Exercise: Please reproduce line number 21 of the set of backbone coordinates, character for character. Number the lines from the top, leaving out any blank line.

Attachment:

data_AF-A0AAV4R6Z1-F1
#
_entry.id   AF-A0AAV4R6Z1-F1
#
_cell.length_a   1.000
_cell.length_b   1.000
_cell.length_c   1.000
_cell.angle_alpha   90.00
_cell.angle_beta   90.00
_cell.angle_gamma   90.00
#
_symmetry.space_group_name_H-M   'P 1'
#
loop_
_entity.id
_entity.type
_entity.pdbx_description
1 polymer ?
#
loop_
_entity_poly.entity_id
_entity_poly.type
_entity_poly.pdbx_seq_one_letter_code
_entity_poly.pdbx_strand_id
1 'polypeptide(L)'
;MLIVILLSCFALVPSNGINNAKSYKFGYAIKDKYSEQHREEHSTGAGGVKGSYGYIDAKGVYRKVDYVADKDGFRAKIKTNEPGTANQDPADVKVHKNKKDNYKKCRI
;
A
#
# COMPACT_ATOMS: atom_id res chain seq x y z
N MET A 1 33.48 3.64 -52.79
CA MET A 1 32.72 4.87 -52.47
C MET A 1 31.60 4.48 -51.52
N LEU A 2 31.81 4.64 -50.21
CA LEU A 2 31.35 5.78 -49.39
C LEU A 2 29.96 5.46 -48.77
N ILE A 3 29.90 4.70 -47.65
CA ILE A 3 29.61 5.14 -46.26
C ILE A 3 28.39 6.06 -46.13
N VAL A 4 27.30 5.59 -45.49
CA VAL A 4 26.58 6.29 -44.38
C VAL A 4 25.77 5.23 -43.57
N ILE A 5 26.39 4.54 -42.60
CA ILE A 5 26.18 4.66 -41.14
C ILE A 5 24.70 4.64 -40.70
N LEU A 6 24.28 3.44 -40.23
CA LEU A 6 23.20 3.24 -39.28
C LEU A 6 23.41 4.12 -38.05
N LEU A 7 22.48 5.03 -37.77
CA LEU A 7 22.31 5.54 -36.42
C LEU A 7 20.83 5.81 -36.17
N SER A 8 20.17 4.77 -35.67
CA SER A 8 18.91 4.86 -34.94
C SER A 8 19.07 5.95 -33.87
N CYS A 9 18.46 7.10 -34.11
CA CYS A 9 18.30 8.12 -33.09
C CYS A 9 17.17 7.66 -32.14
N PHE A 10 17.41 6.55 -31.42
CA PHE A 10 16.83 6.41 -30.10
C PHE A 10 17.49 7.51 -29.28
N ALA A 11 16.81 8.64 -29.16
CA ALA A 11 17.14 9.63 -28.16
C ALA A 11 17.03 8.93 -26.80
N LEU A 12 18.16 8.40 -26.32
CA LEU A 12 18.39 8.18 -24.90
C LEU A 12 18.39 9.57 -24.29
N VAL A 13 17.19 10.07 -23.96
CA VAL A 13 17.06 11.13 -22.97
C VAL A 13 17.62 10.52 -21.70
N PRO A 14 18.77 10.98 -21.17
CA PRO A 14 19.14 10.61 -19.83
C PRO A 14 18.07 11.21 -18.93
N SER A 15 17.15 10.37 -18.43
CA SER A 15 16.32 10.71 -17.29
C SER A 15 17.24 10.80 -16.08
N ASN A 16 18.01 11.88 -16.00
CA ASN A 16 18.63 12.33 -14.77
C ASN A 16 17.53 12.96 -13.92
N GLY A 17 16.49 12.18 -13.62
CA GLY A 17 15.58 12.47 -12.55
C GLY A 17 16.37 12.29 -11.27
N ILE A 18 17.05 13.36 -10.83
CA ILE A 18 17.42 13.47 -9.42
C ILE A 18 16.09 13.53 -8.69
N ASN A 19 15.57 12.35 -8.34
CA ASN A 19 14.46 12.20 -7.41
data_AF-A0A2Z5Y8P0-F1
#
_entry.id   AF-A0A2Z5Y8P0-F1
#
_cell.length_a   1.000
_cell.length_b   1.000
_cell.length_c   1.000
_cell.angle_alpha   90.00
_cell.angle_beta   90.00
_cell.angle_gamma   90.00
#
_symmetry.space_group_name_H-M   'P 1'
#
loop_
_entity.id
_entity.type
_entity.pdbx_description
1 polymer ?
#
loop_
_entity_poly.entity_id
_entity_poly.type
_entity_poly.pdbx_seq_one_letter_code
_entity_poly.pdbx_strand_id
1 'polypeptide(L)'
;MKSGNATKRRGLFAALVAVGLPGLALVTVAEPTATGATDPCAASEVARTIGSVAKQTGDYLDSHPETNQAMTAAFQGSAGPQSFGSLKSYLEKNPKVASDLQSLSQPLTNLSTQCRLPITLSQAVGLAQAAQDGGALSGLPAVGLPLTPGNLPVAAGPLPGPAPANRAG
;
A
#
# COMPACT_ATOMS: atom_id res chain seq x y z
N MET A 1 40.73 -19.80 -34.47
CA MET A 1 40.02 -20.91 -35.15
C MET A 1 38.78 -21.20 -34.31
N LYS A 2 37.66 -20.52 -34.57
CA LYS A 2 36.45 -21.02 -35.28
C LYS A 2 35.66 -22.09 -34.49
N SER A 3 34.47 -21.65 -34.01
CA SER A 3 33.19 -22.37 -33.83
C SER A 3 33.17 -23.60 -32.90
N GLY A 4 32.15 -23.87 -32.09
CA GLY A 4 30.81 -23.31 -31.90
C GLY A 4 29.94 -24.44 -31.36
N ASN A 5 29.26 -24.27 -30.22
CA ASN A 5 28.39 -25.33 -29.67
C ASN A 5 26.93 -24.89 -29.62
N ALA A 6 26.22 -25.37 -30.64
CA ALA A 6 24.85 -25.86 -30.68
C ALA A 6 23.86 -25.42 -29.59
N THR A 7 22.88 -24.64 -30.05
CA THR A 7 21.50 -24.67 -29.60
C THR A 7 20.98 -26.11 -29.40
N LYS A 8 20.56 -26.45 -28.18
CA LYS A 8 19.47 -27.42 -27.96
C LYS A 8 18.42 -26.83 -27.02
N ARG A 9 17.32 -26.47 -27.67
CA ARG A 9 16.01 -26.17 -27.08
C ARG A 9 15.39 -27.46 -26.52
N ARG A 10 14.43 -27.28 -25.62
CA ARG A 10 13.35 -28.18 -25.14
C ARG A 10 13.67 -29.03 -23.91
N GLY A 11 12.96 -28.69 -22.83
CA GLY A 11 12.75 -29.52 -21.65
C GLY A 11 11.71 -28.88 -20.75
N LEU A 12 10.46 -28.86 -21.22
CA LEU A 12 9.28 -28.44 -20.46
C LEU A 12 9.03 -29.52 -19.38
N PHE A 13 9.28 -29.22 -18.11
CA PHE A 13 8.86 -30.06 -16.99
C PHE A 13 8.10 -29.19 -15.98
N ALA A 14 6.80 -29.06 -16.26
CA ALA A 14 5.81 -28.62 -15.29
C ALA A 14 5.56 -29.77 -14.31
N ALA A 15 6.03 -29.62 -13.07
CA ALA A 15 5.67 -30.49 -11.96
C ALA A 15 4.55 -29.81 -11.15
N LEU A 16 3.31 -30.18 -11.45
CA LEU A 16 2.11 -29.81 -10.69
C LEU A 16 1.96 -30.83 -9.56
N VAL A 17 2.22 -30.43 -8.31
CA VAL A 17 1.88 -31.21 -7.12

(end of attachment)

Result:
_entity_poly.entity_id